The Indian leather industry occupies a place of prominence in the Indian economy in view of its substantial export earnings, employment generation and growth.

There has been increasing emphasis on its planned development, aimed at optimum utilisation of available raw materials for maximising the returns, particularly from exports. Footwear accounts for around 60% of the global leather market. India remains the second largest producer of leather footwear by volume and this segment contributes an estimated 20% of the revenue generated by the entire Indian leather industry.

The exports of leather and leather products have increased considerably over the past decades. The export increased from Rs28 crore (US$6.5 million) in 1956-57 to Rs9,000 crore (US$2.1 billion) in 2000-2001, nearly 320 times higher in five decades. Today, the leather industry ranks 8th in the export trade of the whole economy.

The composition of exports of leather and leather products from India has undergone a structural change during the past three decades, from merely an exporter of raw materials in the 1960s to that of value added products in the 1990s. Finished products now constitute 81% of the total export from the industry, which was a mere 7% in 1956-57.

A number of committees were formed by the Indian government over the years to introduce new initiatives for increasing exports from the leather sector. Indian government policies were decided by recommendations given by the various sector committees and have been instrumental in the transformation of the Indian leather sector. The estimated production capacity of the leather sector in India can be seen in Table 1. The staple product of the industry is footwear and the country has the potential to produce 178 million complete shoes and shoe uppers a year.

The Indian Leather Industry is organised as follows:

* Tanning & finishing of leather

* Footwear & footwear components

* Leather garments

* Leathergoods (bags, wallets, belts, gloves, accessories)

* Saddlery and harness articles

Rise in exports despite adverse campaign

India’s exports of leather and leather products during April-August 2001 were US$846 million compared with US$828 million during the corresponding period of 2000, recording a positive growth of 4.6%. However, expansion did tail-off after August when growth measured between August and October 2001 totalled 1.4%. This would suggest that September and October 2001 were particularly poor.

‘Despite the fact that our major importing countries are suffering from a world recession and an adverse and unjust campaign initiated by some against our leather industry, our exports during 2001 (April – October) have reached a level of US$1.2 billion showing a growth of nearly 1.4% over exports during the same period in 2000. This is indeed a commendable achievement. However, we still have a long way to go as our share in the global leather trade is only 2.4%’, says Thiru Murasoli Maran, Union Minister for Commerce & Industry.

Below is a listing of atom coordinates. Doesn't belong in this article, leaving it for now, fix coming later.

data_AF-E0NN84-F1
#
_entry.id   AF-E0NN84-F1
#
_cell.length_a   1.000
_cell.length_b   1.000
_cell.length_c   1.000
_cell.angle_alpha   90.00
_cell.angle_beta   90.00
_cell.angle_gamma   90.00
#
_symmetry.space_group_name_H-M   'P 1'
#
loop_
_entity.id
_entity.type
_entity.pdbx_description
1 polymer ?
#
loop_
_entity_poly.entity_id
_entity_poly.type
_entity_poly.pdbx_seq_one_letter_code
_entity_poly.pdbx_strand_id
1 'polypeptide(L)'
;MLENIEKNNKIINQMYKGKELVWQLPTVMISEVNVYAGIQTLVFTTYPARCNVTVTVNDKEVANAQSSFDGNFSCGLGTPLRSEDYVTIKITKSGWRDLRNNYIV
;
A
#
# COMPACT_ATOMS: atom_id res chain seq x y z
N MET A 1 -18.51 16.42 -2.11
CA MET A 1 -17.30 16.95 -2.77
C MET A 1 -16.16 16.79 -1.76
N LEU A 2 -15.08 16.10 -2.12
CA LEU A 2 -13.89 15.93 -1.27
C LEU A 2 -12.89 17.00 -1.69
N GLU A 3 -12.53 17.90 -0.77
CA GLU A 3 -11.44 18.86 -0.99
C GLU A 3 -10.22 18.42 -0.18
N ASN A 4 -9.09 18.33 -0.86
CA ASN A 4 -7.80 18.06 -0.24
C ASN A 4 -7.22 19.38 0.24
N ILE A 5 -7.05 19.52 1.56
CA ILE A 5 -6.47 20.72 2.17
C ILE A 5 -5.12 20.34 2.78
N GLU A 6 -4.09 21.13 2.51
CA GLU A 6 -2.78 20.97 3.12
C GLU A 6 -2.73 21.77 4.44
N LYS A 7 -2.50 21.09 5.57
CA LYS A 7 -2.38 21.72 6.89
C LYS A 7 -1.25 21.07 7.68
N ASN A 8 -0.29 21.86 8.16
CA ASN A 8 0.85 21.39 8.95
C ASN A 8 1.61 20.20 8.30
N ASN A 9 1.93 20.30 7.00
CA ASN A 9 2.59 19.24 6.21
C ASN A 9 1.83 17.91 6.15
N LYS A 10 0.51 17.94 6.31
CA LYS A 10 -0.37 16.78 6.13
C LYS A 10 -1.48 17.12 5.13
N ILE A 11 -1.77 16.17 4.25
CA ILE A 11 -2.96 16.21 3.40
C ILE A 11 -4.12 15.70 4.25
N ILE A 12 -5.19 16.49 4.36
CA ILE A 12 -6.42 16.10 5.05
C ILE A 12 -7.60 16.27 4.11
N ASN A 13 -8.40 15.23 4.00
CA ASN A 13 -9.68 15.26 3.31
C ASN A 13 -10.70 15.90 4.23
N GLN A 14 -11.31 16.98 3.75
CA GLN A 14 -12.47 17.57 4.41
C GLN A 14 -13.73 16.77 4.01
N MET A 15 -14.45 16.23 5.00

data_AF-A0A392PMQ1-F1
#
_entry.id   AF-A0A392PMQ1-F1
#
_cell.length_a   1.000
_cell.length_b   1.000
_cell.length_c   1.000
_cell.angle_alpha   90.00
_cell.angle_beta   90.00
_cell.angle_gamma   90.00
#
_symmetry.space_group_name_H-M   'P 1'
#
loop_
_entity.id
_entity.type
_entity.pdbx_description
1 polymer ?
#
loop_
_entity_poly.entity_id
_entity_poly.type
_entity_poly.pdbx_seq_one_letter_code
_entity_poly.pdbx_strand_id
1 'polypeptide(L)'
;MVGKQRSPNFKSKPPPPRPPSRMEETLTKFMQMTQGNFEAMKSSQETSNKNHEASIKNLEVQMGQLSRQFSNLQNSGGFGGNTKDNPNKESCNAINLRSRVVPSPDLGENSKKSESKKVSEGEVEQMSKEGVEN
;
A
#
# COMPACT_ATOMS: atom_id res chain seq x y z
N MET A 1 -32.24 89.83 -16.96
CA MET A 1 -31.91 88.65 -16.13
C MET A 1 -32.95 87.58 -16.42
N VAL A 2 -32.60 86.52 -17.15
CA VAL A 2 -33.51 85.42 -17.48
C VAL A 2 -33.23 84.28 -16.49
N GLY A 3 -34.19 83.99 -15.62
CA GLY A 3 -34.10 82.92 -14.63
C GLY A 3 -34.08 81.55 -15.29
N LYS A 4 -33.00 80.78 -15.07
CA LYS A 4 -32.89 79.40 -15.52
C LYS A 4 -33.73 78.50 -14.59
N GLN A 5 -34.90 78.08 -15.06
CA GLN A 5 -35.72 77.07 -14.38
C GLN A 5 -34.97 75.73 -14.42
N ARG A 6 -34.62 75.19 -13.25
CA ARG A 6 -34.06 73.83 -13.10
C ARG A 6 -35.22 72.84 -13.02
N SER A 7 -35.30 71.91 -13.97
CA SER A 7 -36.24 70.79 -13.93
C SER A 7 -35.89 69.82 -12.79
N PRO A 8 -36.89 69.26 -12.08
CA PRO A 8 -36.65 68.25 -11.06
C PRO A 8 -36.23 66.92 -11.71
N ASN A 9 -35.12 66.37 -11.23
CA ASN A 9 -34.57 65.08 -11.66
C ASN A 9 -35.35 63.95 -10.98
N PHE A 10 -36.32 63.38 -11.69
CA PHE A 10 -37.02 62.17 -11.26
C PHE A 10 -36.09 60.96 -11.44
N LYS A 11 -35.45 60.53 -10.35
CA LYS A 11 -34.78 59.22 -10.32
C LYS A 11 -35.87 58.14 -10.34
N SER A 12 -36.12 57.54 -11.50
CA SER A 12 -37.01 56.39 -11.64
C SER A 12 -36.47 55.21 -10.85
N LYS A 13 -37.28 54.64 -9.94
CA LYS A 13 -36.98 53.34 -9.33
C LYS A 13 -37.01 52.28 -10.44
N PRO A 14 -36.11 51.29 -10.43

This is despite companies such as Timberland of the USA and Adidas-Solomon of Germany who have suspended further procurement of shoes and leather products from India, over the use of Indian sourced cow leather in the manufacture of shoes and other accessories.

To combat this development, leather product manufacturers want the Indian government to kick-start reforms to reduce cruelty to cattle during transportation so that it can overcome the adverse campaign carried out by the international animal rights group People for Ethical Treatment of Animals (PETA).

Adidas-Solomon, manufacturers of sports products, have said that they would also not use leather originating either from India or China until both crack down on transport and slaughter-related cruelties against animals.

According to a press release issued by Peta, this had been communicated to them from the German based company on January 29. In the same press release Peta claimed that Kohl’s, a leading department store chain, had also agreed to boycott Indian leather until animal conditions improved. The release said that it regretted that the CLE continues to side step the issue of animal cruelty, barely addressing the problem, despite giving assurances to Peta.

What Peta seem not to realise in their propaganda is that leather is a byproduct of the meat industry. The CLE and other leather industry organs in India have a limited say or impact in the control of live animals or national policies for farming or slaughtering animals.

According to Shafeeq Ahmed, president of the Indian Shoe Federation, due to the campaign, some of the American and European brands have been insisting that the products sold to them are not made out of cow hide sourced from India.

Though the product manufacturers have been meeting their orders by importing hides from other countries, the loss has been for the Indian leather market. Hides from India are not making it to products that would have given the highest value-addition. ‘It is not a commercial loss for individual companies, but a loss for the country which is not getting the real value for its resource’, he said.

During the recent Indian International Leather Fair (IILF), held in Chennai at the beginning of February, senior members of the Indian leather and finished products industry met to discuss the crisis caused by the animal rights lobby. The meeting was held behind closed doors but was reported to have been heated.